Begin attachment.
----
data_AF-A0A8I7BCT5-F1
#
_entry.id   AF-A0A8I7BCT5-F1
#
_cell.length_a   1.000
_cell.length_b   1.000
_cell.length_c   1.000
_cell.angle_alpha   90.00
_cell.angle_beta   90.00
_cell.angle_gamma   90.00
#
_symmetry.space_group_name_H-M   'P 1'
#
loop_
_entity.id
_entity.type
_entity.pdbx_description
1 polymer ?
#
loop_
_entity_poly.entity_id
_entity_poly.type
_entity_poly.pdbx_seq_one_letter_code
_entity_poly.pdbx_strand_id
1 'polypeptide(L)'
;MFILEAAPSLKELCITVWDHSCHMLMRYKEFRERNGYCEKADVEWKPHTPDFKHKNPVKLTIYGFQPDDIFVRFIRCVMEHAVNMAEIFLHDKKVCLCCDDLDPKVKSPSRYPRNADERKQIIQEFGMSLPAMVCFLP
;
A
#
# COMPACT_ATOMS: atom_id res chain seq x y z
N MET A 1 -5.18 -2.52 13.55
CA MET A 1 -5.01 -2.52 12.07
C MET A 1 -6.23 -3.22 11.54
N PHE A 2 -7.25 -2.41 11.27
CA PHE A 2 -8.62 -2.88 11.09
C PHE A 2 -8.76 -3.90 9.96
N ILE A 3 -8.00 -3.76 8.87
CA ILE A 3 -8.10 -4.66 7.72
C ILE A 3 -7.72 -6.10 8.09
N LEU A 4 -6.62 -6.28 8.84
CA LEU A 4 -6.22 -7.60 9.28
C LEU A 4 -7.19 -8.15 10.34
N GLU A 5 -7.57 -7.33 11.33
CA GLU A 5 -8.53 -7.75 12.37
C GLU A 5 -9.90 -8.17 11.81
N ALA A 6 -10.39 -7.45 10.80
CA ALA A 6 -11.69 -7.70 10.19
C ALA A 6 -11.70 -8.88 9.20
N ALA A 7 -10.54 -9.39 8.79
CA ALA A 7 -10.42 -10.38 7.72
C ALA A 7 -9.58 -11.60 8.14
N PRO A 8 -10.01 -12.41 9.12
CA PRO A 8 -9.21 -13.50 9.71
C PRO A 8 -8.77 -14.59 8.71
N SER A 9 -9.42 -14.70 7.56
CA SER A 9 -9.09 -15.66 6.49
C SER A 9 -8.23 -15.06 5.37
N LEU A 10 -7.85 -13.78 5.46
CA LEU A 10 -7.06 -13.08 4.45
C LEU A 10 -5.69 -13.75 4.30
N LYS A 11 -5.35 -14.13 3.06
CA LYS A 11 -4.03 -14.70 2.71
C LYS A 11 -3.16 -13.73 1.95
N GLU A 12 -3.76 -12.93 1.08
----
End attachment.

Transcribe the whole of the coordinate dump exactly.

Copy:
data_AF-A0A8I7BCT5-F1
#
_entry.id   AF-A0A8I7BCT5-F1
#
_cell.length_a   1.000
_cell.length_b   1.000
_cell.length_c   1.000
_cell.angle_alpha   90.00
_cell.angle_beta   90.00
_cell.angle_gamma   90.00
#
_symmetry.space_group_name_H-M   'P 1'
#
loop_
_entity.id
_entity.type
_entity.pdbx_description
1 polymer ?
#
loop_
_entity_poly.entity_id
_entity_poly.type
_entity_poly.pdbx_seq_one_letter_code
_entity_poly.pdbx_strand_id
1 'polypeptide(L)'
;MFILEAAPSLKELCITVWDHSCHMLMRYKEFRERNGYCEKADVEWKPHTPDFKHKNPVKLTIYGFQPDDIFVRFIRCVMEHAVNMAEIFLHDKKVCLCCDDLDPKVKSPSRYPRNADERKQIIQEFGMSLPAMVCFLP
;
A
#
# COMPACT_ATOMS: atom_id res chain seq x y z
N MET A 1 -5.18 -2.52 13.55
CA MET A 1 -5.01 -2.52 12.07
C MET A 1 -6.23 -3.22 11.54
N PHE A 2 -7.25 -2.41 11.27
CA PHE A 2 -8.62 -2.88 11.09
C PHE A 2 -8.76 -3.90 9.96
N ILE A 3 -8.00 -3.76 8.87
CA ILE A 3 -8.10 -4.66 7.72
C ILE A 3 -7.72 -6.10 8.09
N LEU A 4 -6.62 -6.28 8.84
CA LEU A 4 -6.22 -7.60 9.28
C LEU A 4 -7.19 -8.15 10.34
N GLU A 5 -7.57 -7.33 11.33
CA GLU A 5 -8.53 -7.75 12.37
C GLU A 5 -9.90 -8.17 11.81
N ALA A 6 -10.39 -7.45 10.80
CA ALA A 6 -11.69 -7.70 10.19
C ALA A 6 -11.70 -8.88 9.20
N ALA A 7 -10.54 -9.39 8.79
CA ALA A 7 -10.42 -10.38 7.72
C ALA A 7 -9.58 -11.60 8.14
N PRO A 8 -10.01 -12.41 9.12
CA PRO A 8 -9.21 -13.50 9.71
C PRO A 8 -8.77 -14.59 8.71
N SER A 9 -9.42 -14.70 7.56
CA SER A 9 -9.09 -15.66 6.49
C SER A 9 -8.23 -15.06 5.37
N LEU A 10 -7.85 -13.78 5.46
CA LEU A 10 -7.06 -13.08 4.45
C LEU A 10 -5.69 -13.75 4.30
N LYS A 11 -5.35 -14.13 3.06
CA LYS A 11 -4.03 -14.70 2.71
C LYS A 11 -3.16 -13.73 1.95
N GLU A 12 -3.76 -12.93 1.08